A packed crowd inside City Council Chambers on June 14 stuck through several hours of comments, mostly coming from residents from the Garden District and French Quarter and representatives from the city's hotel and tourism industry. Commissioners largely agreed Airbnb's creep could deal a crushing blow to the city if not legislated, enforced or regulated properly. "This is an emotional and complicated issue," said CPC Chair Kyle Wedberg, "This is a hyper-local issue. It happens house by house, block by block, neighbor by neighbor. ... An issue that's not only vital for us to solve but vital for us to get right."

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Wednesday, April 27, 2016

‘Drunk on violence’: Landrieu gives emotional address on New Orleans’ murder problem

Posted By on Wed, Apr 27, 2016 at 10:33 PM

In this file photo, Mayor Mitch Landrieu and NOPD Chief Michael Harrison address the media at a press conference. - ALEX WOODWARD
  • ALEX WOODWARD
  • In this file photo, Mayor Mitch Landrieu and NOPD Chief Michael Harrison address the media at a press conference.
As New Orleanians and football fans around the country still reel from the shooting death of Saints defensive end Will Smith, Mayor Mitch Landrieu made an emotional plea to residents to help curb a local murder problem that he said has become “baked in” to the city’s culture.

“We are a city, we are a country that is drunk on violence,” Landrieu told a packed audience at a Tulane University auditorium for his address on violence in New Orleans. “And we need to wake up to this fact.”

Landrieu’s address was given two weeks after Smith was gunned in a car near his wife after being involved in a minor car accident, police said.

The incident prompted widespread reaction from city residents, antiviolence groups and fans near and far. During a second line held in Smith’s honor, several residents called the murder “senseless.”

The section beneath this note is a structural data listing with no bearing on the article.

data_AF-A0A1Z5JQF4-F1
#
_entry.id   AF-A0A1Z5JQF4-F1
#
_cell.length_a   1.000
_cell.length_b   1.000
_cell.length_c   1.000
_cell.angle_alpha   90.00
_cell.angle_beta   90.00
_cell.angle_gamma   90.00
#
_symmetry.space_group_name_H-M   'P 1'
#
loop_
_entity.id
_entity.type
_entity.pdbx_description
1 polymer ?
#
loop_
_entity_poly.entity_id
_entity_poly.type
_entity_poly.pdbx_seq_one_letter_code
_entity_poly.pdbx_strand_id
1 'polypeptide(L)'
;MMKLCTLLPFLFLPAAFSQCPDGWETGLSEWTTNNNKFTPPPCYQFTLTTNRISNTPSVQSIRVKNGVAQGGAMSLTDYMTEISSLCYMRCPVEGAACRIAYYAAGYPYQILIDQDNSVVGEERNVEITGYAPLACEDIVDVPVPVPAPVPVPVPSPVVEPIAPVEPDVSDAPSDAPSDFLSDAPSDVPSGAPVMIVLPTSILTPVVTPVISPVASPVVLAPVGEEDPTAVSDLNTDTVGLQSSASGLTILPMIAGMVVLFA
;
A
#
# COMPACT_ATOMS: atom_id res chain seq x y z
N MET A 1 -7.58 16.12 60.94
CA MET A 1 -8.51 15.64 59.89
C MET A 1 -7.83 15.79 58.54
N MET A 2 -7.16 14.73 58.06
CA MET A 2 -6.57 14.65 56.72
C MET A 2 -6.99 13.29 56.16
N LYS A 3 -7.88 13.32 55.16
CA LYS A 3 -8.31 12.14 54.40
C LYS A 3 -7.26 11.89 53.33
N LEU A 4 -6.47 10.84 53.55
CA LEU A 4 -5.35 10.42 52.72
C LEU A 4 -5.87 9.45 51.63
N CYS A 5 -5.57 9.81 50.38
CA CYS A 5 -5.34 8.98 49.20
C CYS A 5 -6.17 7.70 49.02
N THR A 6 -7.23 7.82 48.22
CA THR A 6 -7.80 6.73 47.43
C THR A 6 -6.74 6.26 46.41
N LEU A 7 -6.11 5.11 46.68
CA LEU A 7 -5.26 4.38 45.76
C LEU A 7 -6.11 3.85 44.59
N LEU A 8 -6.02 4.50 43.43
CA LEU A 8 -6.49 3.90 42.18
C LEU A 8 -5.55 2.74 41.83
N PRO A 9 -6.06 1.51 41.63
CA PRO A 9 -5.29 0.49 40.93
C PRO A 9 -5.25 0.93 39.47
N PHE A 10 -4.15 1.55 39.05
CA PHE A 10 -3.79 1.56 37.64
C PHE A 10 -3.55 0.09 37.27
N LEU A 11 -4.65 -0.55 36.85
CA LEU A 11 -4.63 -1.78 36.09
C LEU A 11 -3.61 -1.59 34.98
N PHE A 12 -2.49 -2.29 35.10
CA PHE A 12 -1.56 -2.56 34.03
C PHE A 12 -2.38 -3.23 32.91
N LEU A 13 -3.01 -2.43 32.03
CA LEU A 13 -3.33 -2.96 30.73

But Landrieu reminded the crowd that it wasn’t occasional celebrity killings like Smith’s that prompted Louisiana to have the number one homicide rate in the nation.

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Thursday, February 4, 2016

New Orleans parking tickets are going up

Posted By on Thu, Feb 4, 2016 at 3:06 PM

click image New Orleans parking ticket fines are being raised from $20 to $30, then $60 after 30 days, then $90 after 60. - DEREK BRIDGES/FLICKR
  • DEREK BRIDGES/FLICKR
  • New Orleans parking ticket fines are being raised from $20 to $30, then $60 after 30 days, then $90 after 60.

Mayor Mitch Landrieu’s administration compromised on its plan to increase downtown parking meter fees by shortening the time — the meters were originally set to expire at 10 p.m., but after debate among service workers and the New Orleans City Council, the city agreed to end enforcement at 7 p.m. But to make up for that lost time, the city proposed hiking parking ticket fees from $20 to $30.

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Friday, January 29, 2016

Now what for the Confederate monuments?

Posted By on Fri, Jan 29, 2016 at 12:18 PM

now-what.jpg

That the City of New Orleans has the legal authority to remove Confederate-era monuments from prominent public spaces was never really in doubt. Now that U.S. District Judge Carl Barbier has affirmed City Hall’s dominion over city property, the real fighting can begin: What do we do with them now?